Deloitte:  For high value account holders, the bank should be leveraging off information held or otherwise known by the client’s relationship manager so it’s a more personalized approach; the banks will also individually ask those customers for their tax residence status. In addition, the regulations say that the relationship manager, must sign a declaration confirming the accuracy of the statements, to the best of their knowledge, as made by the client.

The Grid: Does CRS apply only to individuals and bank accounts?

Deloitte: No, CRS can also apply to accounts held by corporates, trusts, foundations and partnerships etc.   The regulations require banks to look up the chain of ownership for the individual behind any passive entity to identify the controlling individual whose details will be reported under CRS.

Whilst bank accounts are one of the examples of the ‘financial accounts’ covered by CRS, they are not the only ones. Brokerage or custodian accounts, collective investments vehicles and some insurance contracts are also ‘reportable’.

The Grid: How can individuals find out where they are resident?

Deloitte: Tax residency is something that is complex and varies from jurisdiction to jurisdiction.

The Grid: Now how do expats find out their correct resident status?

Deloitte: Well, obviously the best way is to get professional tax advice. If you are spending any amount of time in a certain jurisdiction or have a passport from another jurisdiction or assets in another jurisdiction, now is the time to check to see if any of these ‘ties’ mean that you are tax resident there.

Most jurisdictions work on the basis of physical presence, so residence is often based on the time spent in a jurisdiction, usually on a ‘day count basis’, but as many people learned from FATCA, this is not the case for US persons who are taxed on a worldwide basis, irrespective of their residence status. The tax residence rules differ from country to country, and may change from time to time, so you cannot necessarily rely on advice provided several years ago.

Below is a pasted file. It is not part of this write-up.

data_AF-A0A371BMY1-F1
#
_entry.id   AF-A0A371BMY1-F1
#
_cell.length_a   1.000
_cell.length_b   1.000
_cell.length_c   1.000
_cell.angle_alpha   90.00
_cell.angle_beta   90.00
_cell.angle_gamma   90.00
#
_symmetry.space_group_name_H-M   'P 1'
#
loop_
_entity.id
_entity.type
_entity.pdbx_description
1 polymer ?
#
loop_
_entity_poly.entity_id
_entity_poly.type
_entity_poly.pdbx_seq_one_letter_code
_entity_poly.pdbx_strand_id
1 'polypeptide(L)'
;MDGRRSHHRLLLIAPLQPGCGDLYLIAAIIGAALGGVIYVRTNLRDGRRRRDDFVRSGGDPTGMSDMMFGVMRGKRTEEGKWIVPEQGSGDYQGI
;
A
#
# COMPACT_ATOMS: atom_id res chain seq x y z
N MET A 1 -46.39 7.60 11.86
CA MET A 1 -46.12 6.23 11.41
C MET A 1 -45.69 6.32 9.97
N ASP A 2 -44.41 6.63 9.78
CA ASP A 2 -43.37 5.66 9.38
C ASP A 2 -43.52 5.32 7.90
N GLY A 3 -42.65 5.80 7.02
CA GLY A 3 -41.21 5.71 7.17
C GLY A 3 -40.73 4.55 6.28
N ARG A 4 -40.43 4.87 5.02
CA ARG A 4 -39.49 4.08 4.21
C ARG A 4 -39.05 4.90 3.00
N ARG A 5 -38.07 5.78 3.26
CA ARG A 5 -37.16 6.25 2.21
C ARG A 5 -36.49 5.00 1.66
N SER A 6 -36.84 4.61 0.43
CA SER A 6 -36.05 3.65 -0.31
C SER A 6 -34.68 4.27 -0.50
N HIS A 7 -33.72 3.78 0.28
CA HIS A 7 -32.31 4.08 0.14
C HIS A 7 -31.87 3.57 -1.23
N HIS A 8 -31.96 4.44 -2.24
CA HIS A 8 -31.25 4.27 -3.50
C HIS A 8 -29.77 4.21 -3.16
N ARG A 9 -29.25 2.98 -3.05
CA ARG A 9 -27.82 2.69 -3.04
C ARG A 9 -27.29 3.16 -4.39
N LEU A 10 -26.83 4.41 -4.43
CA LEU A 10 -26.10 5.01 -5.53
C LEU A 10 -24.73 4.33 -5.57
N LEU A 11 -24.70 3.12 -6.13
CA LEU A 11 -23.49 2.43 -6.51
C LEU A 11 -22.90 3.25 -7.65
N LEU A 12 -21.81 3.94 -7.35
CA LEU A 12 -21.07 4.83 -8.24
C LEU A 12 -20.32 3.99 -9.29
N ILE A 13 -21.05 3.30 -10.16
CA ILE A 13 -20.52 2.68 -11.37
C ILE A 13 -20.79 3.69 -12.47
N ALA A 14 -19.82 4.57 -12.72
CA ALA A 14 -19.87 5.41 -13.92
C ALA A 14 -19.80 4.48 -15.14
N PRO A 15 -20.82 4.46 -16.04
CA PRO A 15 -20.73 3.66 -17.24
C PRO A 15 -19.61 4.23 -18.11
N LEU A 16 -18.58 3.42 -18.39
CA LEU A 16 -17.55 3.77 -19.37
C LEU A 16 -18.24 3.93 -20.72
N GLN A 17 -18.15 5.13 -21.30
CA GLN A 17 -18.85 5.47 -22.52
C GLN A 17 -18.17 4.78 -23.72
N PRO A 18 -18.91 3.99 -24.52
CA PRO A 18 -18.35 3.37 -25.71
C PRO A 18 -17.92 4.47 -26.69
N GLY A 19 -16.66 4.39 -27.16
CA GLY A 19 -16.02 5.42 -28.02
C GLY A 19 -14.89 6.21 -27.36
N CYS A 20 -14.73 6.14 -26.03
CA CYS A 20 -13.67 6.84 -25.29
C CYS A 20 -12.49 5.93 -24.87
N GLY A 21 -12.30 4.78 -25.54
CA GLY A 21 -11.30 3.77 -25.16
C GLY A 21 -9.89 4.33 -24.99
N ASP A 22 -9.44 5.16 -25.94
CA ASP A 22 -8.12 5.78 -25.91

As an example, the UK rules on tax residence changed recently. The number of days you can spend in the UK without becoming resident now varies depending on your recent residence history with the UK and also the number of ties you have with the UK in terms of assets, business or family links there.

So if you have any ties with any other countries, now is the time to check if you are, or ever have been, resident there. Accessing the tax authority or Ministry of Finance website of each jurisdiction is a good starting point to find out more about the more straightforward residence issues, but most importantly, you should speak to a locally qualified tax adviser.

A lot of people may have a UAE residence visa and satisfy the conditions to obtain a Tax Residence certificate from the Ministry of Finance, but may also have a tax footprint elsewhere.  For example, it would be technically possible to be tax resident in the UK after spending as few as 16 days the UK in a particular tax year. That’s an extreme example though.  But in the same year, you could obtain a Tax Residence certificate from the UAE showing residence here too.  Now that we have a double tax treaty between these two countries the tie breaker test will help to determine residence, but individuals are likely to require professional advice.

For the banks, it will be a challenge to discern tax residency if they just depend on self-certification from their customers, since the customers may not even know the answer themselves.

The Grid: What is the most common profile of an expat who may be affected by CRS?

Deloitte: The most common profile will be the expat who is resident in the UAE but maintains a bank account in their country of origin for ongoing mortgage, utilities payments, receiving rental income, or for summer holiday spending money.

The Grid: So if you came to the UAE five years ago and opened a bank account from, say, the UK, what should you expect?